The European Central Bank on Thursday made no changes to its expansive efforts to tackle the economic impacts of the coronavirus pandemic, leaving interest rates and its crisis bond-buying programme unchanged.
Last month, the bank significantly expanded its firepower in response to the crisis by increasing the size of the programme by €600bn (£538bn).
“Incoming information since our last monetary policy meeting in early June signals a resumption of euro area activity, although the level of activity remains well below the levels prevailing before the coronavirus pandemic” ECB president Christine Lagarde said on Thursday, noting that the outlook remains “highly uncertain.”
The bank said on Thursday that it would continue purchases under the €1.35tn pandemic emergency purchase programme (PEPP) “until at least the end of June 2021 and, in any case, until it judges that the coronavirus crisis phase is over.”
The scale of the package will allow the bank to buy up most of the debt that will be issued by eurozone governments this year to fund their crisis stimulus measures.
Lagarde said that unless there were “significant upside surprises” that pointed to a stronger recovery in the eurozone, the bank’s “baseline remains that we will use the entire envelope of PEPP.”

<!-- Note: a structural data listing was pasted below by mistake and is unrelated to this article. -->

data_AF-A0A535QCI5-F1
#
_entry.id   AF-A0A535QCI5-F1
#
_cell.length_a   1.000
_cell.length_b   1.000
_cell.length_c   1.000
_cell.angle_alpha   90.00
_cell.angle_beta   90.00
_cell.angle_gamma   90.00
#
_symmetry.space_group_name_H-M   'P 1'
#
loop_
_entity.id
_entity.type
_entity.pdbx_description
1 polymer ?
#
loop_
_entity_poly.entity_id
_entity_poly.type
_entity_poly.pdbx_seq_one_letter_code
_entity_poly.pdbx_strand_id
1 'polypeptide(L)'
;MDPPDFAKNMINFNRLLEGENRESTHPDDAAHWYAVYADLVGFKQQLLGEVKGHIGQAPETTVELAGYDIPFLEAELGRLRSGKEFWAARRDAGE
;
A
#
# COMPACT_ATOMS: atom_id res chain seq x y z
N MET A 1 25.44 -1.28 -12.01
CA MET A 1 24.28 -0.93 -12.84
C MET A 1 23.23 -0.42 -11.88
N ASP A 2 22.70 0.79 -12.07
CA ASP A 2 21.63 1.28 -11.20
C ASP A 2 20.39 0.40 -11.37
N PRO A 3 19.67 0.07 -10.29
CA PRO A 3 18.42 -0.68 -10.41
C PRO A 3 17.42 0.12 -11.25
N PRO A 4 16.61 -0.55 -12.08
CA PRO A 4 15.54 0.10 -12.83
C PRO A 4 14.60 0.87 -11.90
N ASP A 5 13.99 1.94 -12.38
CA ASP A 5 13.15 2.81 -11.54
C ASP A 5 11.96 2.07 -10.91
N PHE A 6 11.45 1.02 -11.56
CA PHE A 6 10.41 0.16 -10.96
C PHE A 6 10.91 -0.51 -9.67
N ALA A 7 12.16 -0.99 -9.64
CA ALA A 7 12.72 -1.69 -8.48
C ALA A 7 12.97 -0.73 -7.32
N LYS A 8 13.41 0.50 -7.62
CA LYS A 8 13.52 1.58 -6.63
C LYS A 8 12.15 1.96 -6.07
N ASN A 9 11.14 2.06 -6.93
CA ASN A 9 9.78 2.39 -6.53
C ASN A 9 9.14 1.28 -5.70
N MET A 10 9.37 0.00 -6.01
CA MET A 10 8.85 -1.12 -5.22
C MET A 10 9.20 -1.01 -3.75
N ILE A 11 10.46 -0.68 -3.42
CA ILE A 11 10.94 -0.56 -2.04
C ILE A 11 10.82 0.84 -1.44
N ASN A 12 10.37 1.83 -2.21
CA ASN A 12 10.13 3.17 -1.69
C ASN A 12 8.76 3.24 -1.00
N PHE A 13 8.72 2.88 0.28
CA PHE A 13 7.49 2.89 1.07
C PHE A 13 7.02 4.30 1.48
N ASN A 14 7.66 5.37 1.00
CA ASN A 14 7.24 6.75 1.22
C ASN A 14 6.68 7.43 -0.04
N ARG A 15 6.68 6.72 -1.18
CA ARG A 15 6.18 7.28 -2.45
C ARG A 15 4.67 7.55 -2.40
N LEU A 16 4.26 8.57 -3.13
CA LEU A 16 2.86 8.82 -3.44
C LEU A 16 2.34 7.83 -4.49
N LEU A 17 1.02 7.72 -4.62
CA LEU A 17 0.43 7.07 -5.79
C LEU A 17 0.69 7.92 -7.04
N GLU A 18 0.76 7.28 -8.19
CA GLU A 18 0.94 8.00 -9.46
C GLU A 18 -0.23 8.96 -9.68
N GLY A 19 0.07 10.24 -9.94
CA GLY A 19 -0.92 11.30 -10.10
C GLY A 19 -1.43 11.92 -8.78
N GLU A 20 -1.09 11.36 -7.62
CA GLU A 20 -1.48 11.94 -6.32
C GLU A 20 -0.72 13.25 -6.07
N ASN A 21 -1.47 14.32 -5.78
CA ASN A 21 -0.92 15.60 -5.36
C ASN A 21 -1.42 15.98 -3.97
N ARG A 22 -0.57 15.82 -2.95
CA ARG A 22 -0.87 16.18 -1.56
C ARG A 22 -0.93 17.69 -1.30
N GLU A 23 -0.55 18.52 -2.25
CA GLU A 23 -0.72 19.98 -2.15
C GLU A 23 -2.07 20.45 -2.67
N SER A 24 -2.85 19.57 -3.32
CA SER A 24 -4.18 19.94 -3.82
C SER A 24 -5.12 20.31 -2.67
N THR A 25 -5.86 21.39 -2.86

The bank’s governing council chose to leave its key interest rate, known as the deposit facility rate, unchanged at minus 0.5%.
Lagarde once again called on European Union leaders to “quickly agree” on an “ambitious” fiscal stimulus package.
In May, the European Commission unveiled a huge €750bn coronavirus recovery plan, but aspects of the package face staunch opposition from certain member states.
In June, the bank lowered its 2022 inflation forecast from 1.5% to 1.3%, suggesting that it does not expect the unprecedented stimulus measures to push inflation towards its “below, but close to,” 2% target.
The crisis bond-buying programme comes in addition to the ECB’s existing asset-purchasing programme, which sees it buy around €20bn in eurozone bonds each month.
In early March, the bank expanded that programme to allow it to make €120bn in additional purchases by the end of 2020.
The bank said once again on Thursday that it would run that programme “as long as necessary” to reinforce other aspects of its monetary policy.
In late March, amid market anxiety about the bank’s relatively meagre response to the crisis, the bank introduced the huge PEPP programme following an emergency meeting of its governing council.
In April, the bank lowered interest rates on a facility that provides cheap loans to eurozone banks and introduced a new facility that it said would provide an effective liquidity backstop to the bloc.
The bank — unlike the Bank of England or US Federal Reserve — is legally prohibited from directly financing the deficits of eurozone governments.
But, as part of its response to the crisis, it has chosen to relax or even abandon several self-imposed constraints on asset purchases, such as a limit on the proportion of bonds it can buy from a particular eurozone country.